A third of companies plan to spend more on HR technology

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However, HR professionals claim the research could be distorted

Companies plan to up their spending on HR (human resources) technology in the next year, to continue growth and improve efficiency in the face of a challenging economic environment, research has found.

In a survey of 628 companies, Towers Watson also found that over half are planning to match last year’s investment levels while only 16 percent expected to reduce HR Technology spending.

However, HR professionals have pointed out that the 15th annual survey on HR service delivery trends and practices, could be skewed, claiming that the main spending priority is on staff, rather than “fluffy staff portals” and technology services.

The survey found that in addition to investment, more organisations were looking to change the structure of their HR functions within the next few years in order to deliver HR services effectively. According to the survey, close to half of the organisations surveyed indicated they will change their HR structure in the coming year, a sharp increase from the 26 percent of respondents who were planning this last year.

Mike DiClaudio, head of Towers Watson’s EMEA HR Service Delivery practice, said: “In many ways this year’s findings are surprising. Despite the obvious pressure on budgets over the past few years, many companies have decided that investment cannot be postponed any longer as HR departments face pressure to adapt and update the way services are delivered.”

He added: “After the last few years of uncertainty and cost savings, many organisations are realising that their HR structure need to be refreshed in order to effectively service organisations that have themselves changed significantly over the past few years.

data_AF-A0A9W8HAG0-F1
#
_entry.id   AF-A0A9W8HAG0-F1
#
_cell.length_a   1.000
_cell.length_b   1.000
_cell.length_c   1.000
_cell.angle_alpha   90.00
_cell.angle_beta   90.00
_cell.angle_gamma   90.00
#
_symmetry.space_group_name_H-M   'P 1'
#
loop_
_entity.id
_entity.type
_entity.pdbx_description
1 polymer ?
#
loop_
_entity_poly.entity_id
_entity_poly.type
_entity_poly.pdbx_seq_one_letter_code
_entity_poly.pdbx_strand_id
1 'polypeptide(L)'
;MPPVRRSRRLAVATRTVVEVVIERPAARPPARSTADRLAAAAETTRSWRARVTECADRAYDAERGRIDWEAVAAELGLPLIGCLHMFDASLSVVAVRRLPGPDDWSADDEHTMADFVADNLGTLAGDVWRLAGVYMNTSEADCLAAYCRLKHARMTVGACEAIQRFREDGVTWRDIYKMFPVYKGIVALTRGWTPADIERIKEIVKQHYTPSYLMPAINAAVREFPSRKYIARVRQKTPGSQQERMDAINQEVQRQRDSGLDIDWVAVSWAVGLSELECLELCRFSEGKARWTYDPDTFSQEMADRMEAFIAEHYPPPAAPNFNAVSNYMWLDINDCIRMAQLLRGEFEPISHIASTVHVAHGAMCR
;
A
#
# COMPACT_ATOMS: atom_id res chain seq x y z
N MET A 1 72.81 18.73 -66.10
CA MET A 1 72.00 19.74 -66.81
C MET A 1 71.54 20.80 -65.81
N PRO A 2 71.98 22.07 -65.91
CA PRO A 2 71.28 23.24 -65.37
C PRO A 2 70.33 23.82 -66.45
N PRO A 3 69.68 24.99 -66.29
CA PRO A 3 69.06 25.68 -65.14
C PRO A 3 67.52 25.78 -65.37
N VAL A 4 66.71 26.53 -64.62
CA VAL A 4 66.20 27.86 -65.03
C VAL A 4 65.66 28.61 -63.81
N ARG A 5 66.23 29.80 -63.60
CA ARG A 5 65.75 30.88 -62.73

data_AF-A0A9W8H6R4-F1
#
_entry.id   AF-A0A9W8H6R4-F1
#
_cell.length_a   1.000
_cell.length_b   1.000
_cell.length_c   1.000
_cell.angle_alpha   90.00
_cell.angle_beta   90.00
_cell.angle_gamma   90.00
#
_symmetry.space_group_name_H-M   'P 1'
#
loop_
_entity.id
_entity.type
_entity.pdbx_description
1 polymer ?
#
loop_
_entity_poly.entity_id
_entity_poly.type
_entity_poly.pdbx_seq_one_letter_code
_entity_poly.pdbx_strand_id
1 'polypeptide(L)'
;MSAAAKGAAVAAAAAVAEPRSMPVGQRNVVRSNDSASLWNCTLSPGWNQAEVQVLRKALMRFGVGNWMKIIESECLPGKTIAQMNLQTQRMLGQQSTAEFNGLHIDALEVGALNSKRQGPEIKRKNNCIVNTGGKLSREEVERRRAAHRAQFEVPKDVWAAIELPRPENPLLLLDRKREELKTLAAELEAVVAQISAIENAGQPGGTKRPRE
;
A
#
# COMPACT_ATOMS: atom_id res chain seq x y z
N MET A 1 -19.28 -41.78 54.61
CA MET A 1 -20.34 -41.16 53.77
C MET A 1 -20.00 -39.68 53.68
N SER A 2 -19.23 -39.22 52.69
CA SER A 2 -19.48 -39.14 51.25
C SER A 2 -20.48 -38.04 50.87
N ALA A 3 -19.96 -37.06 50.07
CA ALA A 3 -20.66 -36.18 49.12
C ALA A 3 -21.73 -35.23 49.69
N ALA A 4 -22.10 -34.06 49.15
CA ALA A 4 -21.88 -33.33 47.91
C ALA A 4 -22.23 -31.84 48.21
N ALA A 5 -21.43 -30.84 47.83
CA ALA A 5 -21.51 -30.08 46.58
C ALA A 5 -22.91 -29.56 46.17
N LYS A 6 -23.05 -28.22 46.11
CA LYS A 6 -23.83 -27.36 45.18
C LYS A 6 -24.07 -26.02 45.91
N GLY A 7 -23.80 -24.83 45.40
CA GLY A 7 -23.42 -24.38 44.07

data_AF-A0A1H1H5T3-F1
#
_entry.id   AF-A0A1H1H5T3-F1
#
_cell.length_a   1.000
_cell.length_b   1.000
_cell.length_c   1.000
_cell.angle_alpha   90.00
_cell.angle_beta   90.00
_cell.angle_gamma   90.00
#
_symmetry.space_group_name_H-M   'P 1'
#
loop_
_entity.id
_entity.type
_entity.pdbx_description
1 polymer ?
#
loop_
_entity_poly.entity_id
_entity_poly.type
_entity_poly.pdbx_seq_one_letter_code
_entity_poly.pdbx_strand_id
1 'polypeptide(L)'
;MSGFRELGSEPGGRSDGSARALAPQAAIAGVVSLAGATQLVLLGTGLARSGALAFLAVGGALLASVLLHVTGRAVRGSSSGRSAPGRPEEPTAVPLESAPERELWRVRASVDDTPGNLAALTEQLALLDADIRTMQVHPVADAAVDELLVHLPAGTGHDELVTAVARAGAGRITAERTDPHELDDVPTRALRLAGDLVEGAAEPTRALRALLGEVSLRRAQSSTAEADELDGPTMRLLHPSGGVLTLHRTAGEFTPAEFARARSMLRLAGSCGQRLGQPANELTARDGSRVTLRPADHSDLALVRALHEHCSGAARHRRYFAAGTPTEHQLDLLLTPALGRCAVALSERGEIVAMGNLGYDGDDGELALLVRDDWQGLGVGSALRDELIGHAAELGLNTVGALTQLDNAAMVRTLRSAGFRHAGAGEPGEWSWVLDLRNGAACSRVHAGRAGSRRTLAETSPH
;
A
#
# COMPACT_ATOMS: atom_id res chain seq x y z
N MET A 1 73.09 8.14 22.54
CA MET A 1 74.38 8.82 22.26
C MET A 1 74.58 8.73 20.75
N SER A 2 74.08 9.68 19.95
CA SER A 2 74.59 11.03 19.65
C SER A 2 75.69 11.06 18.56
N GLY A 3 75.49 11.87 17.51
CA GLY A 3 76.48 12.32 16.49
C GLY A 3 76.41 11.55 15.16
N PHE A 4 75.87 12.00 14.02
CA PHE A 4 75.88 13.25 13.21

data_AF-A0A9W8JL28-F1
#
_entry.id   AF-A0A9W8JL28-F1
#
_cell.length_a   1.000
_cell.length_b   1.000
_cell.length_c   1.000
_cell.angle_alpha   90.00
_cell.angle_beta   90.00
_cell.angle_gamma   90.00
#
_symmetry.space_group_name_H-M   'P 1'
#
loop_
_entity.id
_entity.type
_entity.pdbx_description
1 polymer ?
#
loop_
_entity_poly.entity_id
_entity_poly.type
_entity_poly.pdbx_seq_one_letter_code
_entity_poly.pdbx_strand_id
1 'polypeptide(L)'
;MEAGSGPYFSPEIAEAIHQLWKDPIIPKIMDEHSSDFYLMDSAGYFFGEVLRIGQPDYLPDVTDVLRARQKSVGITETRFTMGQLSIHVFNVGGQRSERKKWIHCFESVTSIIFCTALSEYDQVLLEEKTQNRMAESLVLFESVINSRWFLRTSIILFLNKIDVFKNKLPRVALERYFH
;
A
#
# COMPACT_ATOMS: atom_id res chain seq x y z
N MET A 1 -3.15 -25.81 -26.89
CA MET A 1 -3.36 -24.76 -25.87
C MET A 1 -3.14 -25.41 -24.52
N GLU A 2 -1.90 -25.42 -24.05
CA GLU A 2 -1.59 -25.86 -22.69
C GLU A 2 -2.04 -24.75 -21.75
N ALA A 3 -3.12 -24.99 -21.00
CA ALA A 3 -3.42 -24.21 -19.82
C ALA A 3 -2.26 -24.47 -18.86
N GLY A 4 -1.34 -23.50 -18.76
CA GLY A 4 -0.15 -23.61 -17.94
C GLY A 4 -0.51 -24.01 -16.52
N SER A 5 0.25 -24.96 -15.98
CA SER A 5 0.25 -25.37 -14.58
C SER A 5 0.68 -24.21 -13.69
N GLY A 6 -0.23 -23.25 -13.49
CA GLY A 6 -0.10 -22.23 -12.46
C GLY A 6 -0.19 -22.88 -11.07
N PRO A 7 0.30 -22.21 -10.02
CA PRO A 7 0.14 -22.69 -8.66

Among those organisations planning to increase their investment in HR technology this year, the top three areas of investment included rolling-out additional functionality from existing vendors, upgrading HRMS systems and expanding current self-service functions. The main reasons cited for these changes were to create greater efficiency with the department, encourage collaboration of processes and investment, improve quality and lower costs.

The survey showed that among companies making changes to their HR function, 39 percent would move or revert to a shared services environment, while 31 percent planned to increase the number of shared-services used and outsource additional HR functions.

Six out of ten organisations were also found to offer an HR portal to HR and employees, while 20 percent were in the process of developing an HR portal.

For European organisations, there was a particular emphasis on increasing capacity in talent and performance management software, training programmes and compensation systems.

However, while HR professionals agreed with the last finding, one claimed the rest of the research didn’t match her large organisations’ views.

She told ChannelBiz: “I know this is the opposite of what others may say but the reason behind this is because of the number of redundancies being made. HR departments need more people on board to manage staff who have been given their notice, as well as keep complaints and court threats at bay.

“Whilst we may need software that logs incidents and offers fluffy staff portals, it’s the number of professionals that departments should be spending their money on in this day and age.”


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